Alternative splicing of pre-mRNA is a fundamental cellular process that selectively joins alternate exons together to produce isoforms that differ in sequence, thereby significantly contributing to proteomic complexity as well as to post-transcriptional gene regulations. More than 90% of human genes, including oncogenes and tumor suppressor genes, have been predicted to undergo alternative splicing. Alternatively spliced isoforms function differently, sometimes antagonistically, and often exist in a delicate equilibrium that is perturbed during tumorigenesis. Previously, using caffeine as a tool, we have revealed a mechanism for alternative splicing regulation of a subset of cancer-associated genes, and have shown that this regulation is mediated, at least in part, by splicing factor SFRS2 (sc35) [Shi et al., MCB 28(2):883-895,2008]. In the present study, we found that the nucleoside adenosine, which is structurally similar to caffeine, can inhibit the caffeine-mediated and sc35-induced alternative splicing. This inhibition requires the function of adenosine transporters, suggesting an intracellular adenosine-mediated mechanism rather than adenosine receptor-mediated mechanisms. In addition, Iodotubercidin (Itu), an inhibitor of adenosine kinase, was found to inhibit the caffeine-mediated splicing as well. Since both caffeine and adenosine are known for roles in metabolic homeostasis, we specifically examined AMPKα, the catalytic subunit of the heterotrimeric AMPK (5’AMP-activated protein kinase) that is encoded by two genes: α1 and α2. Surprisingly, while RNAi-knockdown of AMPKα1 slightly reduced the basal-level as well as the caffeine-induced alternative splicing, AMPKα2-knockdown significantly increased alternative splicing of a reporter minigene. Importantly, neither caffeine nor adenosine significantly changed the level of AMPKα1 and α2. However, immunofluorescence studies revealed that AMPKα2 was predominantly localized in the nucleus in the presence of adenosine while largely cytoplasmic following caffeine treatment. Taken together, we propose that nuclear AMPKα2 plays a repressive role in the regulation of alternative splicing.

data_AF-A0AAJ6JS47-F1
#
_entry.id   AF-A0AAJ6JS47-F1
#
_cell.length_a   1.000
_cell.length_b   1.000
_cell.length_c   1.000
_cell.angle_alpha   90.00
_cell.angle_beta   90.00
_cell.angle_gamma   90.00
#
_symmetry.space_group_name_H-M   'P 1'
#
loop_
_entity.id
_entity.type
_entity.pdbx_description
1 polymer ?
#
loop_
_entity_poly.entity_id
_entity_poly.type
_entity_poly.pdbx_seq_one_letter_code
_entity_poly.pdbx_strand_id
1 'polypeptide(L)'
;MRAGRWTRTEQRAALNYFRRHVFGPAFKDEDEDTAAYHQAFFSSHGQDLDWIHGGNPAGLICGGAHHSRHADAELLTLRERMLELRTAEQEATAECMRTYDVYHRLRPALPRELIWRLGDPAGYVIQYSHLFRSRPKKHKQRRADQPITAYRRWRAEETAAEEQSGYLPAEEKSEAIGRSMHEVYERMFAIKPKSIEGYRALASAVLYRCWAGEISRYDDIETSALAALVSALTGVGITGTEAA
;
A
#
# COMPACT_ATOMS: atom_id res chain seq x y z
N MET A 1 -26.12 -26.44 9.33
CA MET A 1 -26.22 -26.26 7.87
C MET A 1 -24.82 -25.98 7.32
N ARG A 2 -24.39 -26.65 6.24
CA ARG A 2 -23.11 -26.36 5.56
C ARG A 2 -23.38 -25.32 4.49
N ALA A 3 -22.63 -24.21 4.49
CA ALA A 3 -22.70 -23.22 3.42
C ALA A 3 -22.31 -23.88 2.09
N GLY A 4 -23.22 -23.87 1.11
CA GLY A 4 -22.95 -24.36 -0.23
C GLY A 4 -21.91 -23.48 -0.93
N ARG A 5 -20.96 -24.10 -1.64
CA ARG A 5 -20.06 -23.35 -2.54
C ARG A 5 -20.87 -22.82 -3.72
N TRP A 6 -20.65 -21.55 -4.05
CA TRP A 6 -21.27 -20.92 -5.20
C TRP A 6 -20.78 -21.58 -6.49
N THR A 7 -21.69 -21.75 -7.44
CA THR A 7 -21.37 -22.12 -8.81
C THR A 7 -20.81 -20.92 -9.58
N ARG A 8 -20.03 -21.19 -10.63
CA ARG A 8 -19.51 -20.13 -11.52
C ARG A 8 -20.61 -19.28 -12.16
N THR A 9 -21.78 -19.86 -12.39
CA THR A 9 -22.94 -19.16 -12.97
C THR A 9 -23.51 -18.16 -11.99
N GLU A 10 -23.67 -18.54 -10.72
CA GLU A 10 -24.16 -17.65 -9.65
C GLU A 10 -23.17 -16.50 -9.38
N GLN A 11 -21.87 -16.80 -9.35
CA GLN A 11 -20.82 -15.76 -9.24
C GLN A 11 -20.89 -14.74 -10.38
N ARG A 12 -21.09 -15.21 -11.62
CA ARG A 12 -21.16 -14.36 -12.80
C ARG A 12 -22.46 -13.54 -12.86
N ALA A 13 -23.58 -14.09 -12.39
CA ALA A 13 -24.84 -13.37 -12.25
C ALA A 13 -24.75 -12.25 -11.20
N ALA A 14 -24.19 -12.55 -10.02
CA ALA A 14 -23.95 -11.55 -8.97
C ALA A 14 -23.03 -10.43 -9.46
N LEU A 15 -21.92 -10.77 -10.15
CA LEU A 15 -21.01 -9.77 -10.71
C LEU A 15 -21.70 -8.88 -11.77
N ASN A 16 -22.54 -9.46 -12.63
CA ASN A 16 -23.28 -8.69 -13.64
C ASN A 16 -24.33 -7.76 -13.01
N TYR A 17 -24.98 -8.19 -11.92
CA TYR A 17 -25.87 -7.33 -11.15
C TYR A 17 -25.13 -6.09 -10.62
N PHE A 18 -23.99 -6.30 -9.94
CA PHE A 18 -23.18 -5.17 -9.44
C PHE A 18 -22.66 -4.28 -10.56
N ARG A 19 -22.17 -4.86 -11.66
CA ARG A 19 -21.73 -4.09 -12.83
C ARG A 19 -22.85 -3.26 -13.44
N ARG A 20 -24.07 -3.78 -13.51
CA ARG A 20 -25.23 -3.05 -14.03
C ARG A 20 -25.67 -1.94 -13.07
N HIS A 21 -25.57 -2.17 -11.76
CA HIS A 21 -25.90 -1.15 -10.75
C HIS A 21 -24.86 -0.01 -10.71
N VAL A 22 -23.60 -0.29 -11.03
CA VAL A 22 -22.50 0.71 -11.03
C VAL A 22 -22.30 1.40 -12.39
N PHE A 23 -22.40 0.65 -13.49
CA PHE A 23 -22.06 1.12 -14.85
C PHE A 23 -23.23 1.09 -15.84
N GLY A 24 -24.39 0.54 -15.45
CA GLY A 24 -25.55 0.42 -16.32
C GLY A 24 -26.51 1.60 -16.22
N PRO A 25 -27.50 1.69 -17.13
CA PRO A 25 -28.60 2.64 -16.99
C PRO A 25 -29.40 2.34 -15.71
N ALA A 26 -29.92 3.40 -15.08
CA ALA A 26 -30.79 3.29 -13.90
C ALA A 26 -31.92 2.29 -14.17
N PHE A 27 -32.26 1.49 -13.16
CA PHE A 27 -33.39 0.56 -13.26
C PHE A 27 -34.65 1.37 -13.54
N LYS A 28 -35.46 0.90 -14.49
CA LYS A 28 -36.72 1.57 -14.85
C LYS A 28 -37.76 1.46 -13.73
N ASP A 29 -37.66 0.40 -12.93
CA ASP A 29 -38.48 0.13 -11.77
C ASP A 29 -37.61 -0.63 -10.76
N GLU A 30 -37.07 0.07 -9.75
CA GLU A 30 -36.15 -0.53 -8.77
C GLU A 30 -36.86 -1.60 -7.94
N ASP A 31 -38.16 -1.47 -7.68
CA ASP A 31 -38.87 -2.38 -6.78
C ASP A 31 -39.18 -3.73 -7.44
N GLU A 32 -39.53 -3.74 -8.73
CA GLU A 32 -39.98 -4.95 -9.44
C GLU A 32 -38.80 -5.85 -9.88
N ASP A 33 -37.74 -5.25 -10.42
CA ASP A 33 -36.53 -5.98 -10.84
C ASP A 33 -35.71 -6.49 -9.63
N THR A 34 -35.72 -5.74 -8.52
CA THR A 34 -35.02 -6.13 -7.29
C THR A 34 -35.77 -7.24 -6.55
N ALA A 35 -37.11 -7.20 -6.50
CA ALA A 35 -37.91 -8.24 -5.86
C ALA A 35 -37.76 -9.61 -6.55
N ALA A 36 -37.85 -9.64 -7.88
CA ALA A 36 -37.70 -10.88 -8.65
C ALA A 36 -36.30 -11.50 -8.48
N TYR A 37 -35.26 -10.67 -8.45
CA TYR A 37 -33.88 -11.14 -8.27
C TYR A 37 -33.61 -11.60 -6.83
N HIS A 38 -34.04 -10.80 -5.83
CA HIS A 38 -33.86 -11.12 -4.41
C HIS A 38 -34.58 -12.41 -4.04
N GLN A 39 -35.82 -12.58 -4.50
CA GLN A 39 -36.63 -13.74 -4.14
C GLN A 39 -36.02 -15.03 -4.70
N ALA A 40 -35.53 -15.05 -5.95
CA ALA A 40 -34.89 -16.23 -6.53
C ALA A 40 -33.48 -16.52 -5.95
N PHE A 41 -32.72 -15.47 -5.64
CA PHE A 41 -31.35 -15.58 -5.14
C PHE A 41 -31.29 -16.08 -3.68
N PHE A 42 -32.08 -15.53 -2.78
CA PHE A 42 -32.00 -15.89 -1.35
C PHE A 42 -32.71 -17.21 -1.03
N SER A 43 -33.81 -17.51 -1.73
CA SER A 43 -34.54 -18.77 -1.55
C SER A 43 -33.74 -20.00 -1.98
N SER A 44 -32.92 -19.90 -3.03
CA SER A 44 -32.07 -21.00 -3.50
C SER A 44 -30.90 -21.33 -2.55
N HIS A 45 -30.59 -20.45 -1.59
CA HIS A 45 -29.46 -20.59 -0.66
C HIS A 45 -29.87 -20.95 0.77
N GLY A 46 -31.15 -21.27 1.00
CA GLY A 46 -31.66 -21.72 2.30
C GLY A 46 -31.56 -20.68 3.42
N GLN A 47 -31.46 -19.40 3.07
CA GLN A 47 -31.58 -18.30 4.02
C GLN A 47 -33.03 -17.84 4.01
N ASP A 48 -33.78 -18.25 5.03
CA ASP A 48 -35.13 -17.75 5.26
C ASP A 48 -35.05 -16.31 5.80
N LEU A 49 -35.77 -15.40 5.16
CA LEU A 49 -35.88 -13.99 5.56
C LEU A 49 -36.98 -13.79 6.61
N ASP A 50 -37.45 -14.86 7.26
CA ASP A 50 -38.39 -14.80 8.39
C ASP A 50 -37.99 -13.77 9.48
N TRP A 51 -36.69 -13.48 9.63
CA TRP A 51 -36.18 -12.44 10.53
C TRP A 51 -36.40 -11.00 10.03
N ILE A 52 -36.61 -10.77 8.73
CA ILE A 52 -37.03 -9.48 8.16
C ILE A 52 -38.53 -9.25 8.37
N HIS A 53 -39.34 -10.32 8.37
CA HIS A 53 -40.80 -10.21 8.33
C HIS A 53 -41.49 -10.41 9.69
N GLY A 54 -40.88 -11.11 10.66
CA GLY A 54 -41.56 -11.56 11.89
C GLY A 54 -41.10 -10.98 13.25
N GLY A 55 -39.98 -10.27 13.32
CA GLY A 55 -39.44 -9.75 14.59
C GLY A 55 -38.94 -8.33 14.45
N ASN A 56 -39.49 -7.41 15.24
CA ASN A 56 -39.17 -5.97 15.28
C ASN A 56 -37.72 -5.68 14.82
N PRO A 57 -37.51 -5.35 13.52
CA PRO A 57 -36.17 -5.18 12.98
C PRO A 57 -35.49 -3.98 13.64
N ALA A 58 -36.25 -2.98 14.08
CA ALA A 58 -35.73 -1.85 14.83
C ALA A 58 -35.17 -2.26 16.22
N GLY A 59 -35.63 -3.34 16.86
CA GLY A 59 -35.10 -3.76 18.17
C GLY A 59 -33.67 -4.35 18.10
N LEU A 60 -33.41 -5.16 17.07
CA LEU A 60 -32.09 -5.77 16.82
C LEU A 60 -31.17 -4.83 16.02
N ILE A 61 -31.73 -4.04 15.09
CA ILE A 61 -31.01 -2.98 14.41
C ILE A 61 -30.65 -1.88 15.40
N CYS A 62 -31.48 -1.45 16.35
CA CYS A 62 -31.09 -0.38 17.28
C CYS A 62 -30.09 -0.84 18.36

Cancer is being increasingly recognized as a metabolic disease. AMPK is a “master switch” that senses cellular energy levels to rewire cellular metabolism accordingly. A great number of cancer-specific splice variants have been observed in both the laboratory and the clinic, and some of these splice variants are believed to be involved in the etiology and/or maintenance of the cancer phenotype. The identification of a role for AMPKα2 in alternative splicing regulation suggests another link between cellular metabolism and regulation of gene expression in cancer. Further studies will shed light on the largely unrevealed regulatory network linking alternative splicing, metabolism and cancer (This work is supported by NCI RO-1 CA122573)

Citation Format: Jia Shi, Barton Kamen, Kathleen W. Scotto. Nuclear AMPKα2 is a repressor of alternative splicing of a subset of cancer-associated genes. [abstract]. In: Proceedings of the 104th Annual Meeting of the American Association for Cancer Research; 2013 Apr 6-10; Washington, DC. Philadelphia (PA): AACR; Cancer Res 2013;73(8 Suppl):Abstract nr 5412. doi:10.1158/1538-7445.AM2013-5412